Migrants on route to the UK will not be able to seek asylum at sea after Dec. 31, according to changes made to the current rules announced on Thursday.
The new rules on the UK’s asylum system is set to replace the EU’s Dublin Regulation, which establishes the member state responsible for the examination of the asylum application.
From 11 p.m. on Dec. 31, asylum seekers have to apply in person and at either a designated place of asylum claim, or a location where an officer authorised to accept an asylum application is present and capable of receiving the claim, the government’s Statement of Changes in Immigration Rules (pdf) said.
The document clarified that officers are not capable of receiving asylum claims in the UK’s territorial waters.
Applications of those who have applied or could have applied for asylum in, or have connection to a safe third country will be treated as inadmissible.
With limited exceptions, “when an application is treated as inadmissible, the Secretary of State will attempt to remove the applicant to the safe third country in which they were previously present or to which they have a connection, or to any other safe third country which may agree to their entry,” the document reads.
Home Office Under Secretary of State Chris Philp said it’s one step to fix the “broken asylum system” in the UK.
“We are determined to fix the broken asylum system to make it firm on those who come here through illegally-facilitated routes and fair on those who play by the rules. There is no reason to leave a safe country like France to make a dangerous crossing,” Philp said.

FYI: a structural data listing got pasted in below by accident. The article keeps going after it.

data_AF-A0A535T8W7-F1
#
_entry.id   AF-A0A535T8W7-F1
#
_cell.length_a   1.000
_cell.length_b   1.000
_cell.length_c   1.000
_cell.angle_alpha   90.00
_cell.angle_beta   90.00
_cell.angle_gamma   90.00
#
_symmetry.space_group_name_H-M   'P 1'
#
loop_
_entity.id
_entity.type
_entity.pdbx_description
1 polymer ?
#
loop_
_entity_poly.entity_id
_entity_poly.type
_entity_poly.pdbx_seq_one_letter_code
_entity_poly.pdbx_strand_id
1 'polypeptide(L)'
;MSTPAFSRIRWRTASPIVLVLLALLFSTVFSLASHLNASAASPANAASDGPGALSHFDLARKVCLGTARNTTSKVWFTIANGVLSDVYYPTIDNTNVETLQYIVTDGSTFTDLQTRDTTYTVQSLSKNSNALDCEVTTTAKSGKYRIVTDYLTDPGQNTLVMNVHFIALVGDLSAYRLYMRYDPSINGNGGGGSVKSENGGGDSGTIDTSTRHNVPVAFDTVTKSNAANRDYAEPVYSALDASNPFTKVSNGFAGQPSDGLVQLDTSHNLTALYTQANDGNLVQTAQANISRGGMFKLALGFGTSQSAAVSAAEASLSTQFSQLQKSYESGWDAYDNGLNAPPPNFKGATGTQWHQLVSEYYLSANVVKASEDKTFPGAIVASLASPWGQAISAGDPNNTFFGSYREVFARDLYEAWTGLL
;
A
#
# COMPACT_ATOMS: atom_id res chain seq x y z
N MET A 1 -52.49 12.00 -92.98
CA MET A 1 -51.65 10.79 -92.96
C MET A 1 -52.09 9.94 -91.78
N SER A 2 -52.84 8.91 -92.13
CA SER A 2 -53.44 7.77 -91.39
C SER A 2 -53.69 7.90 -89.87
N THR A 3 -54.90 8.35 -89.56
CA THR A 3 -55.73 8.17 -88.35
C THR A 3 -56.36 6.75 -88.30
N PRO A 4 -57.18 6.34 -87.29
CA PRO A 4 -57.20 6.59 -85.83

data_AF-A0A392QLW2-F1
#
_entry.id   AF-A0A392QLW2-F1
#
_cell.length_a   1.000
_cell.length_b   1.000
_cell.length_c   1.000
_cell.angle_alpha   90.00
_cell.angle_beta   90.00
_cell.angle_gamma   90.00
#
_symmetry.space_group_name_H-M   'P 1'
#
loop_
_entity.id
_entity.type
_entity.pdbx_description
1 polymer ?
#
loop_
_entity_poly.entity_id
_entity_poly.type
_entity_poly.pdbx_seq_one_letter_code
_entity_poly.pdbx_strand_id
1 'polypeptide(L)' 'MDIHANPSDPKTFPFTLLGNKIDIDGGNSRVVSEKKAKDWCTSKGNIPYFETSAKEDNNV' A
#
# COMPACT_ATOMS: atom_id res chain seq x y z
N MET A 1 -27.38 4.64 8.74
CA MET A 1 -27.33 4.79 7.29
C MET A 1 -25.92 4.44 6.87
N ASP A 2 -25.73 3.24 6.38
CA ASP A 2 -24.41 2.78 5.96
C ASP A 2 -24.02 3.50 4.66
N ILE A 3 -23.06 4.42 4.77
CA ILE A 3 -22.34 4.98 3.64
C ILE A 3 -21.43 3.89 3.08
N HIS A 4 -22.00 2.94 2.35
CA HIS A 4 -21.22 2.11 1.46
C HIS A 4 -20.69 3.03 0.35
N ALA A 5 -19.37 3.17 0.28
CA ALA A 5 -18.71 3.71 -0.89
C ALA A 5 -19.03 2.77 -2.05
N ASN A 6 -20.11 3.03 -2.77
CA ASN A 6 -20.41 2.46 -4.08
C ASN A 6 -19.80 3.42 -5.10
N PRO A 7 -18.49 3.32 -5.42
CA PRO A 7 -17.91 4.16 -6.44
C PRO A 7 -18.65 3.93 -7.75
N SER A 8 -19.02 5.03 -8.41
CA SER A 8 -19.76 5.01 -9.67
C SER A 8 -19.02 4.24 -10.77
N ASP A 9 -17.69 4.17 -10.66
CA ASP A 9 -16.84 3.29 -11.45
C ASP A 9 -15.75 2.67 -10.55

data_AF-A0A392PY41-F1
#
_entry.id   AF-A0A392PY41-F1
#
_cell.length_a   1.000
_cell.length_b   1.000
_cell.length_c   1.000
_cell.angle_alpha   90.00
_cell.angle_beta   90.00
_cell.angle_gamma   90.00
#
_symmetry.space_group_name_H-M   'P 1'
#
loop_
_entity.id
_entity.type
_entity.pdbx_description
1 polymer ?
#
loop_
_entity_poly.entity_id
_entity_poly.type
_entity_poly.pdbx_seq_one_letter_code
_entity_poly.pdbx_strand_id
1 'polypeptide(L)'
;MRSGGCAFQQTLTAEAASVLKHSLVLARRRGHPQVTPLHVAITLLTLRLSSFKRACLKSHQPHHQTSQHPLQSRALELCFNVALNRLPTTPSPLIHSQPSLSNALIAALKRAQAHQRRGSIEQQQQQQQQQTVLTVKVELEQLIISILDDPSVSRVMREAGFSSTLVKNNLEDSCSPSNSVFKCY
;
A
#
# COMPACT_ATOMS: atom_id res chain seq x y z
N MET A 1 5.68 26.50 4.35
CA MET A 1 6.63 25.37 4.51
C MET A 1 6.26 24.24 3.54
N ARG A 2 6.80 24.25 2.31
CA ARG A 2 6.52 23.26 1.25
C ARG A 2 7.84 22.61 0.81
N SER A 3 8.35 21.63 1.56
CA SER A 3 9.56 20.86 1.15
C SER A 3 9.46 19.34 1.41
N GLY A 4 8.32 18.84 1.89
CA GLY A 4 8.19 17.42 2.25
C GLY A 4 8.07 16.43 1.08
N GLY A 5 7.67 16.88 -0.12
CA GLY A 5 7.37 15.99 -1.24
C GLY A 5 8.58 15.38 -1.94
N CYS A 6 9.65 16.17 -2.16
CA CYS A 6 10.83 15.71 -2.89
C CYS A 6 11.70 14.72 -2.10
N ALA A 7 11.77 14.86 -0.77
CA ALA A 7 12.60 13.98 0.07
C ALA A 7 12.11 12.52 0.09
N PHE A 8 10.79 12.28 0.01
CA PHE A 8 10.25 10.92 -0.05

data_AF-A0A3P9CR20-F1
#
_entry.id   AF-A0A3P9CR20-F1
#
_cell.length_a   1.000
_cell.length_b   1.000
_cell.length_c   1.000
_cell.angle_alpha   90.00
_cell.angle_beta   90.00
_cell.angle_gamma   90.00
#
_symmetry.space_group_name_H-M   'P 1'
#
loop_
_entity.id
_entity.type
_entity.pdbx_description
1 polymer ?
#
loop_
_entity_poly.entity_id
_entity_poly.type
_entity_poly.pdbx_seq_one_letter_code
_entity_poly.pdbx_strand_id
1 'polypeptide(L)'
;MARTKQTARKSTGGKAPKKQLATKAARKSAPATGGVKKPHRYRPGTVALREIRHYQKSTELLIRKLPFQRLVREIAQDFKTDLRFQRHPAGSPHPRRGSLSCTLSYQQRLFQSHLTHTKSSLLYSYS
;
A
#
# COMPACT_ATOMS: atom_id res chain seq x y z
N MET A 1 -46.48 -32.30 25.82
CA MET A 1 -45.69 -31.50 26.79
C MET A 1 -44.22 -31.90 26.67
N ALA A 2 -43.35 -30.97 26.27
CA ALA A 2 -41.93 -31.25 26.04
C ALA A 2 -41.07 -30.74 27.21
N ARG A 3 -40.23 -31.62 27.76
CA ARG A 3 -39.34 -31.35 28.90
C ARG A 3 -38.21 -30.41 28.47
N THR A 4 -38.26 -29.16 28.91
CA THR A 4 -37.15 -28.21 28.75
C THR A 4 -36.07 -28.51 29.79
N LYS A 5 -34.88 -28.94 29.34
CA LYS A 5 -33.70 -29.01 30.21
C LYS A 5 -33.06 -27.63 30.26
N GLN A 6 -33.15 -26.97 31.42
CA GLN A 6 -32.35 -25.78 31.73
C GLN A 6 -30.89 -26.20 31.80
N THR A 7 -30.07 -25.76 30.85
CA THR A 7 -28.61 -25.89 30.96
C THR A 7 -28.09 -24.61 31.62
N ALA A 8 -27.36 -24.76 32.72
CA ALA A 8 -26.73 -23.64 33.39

“These measures send a clear message and are just one of the steps the Government is taking to tackle the unacceptable rise in small boat crossings,” he said.
“This includes working with our French Partners to stop migrants leaving a safe country and making these dangerous journeys. But tackling this requires a complete overhaul of the asylum system and next year we will bring forward legislation to fix it.”
At least 8,624 people have been reported crossing the English Channel in over 500 small boats to enter the UK this year, according to Migration Watch UK.
The number is nearly five times the number in 2019, and 29 times the number in 2018.
“The Home Office has contended that the emergence in late-2018 of ‘small boats’ as a favoured means of illegal entry was a consequence of the extensive investment over recent years, in collaboration with the French authorities, in strengthening security at and around the ports in northern France,” Independent Chief Inspector of Borders and Immigration David Bolt wrote last month in an inspection report (pdf) of the Home Office’s response to in-country clandestine arrivals.
“But, while this may have made unaided clandestine entry harder, it is the case that the number of ‘lorry drop’ migrants encountered in the UK increased in 2019 by a third over the previous year, and organised smuggling of large groups concealed in road transport continues, often with casual disregard for the risks to the migrants’ health and welfare, as evidenced by the discovery of the bodies of 39 Vietnamese migrants in a refrigerated trailer at Purfleet, Essex, in October 2019,” he added.
The report said that when small boats were intercepted off the French coast, they would be returned to France unless it is not safe to do so.
It also mentioned that there “had been instances of migrants dangling babies overboard, and taking off life jackets and threatening to jump into the sea, to frustrate efforts to board their vessel.
The Times reported that a home office spokesman said on Thursday that the government’s “main concern is to smash organised criminal groups of people-smugglers.”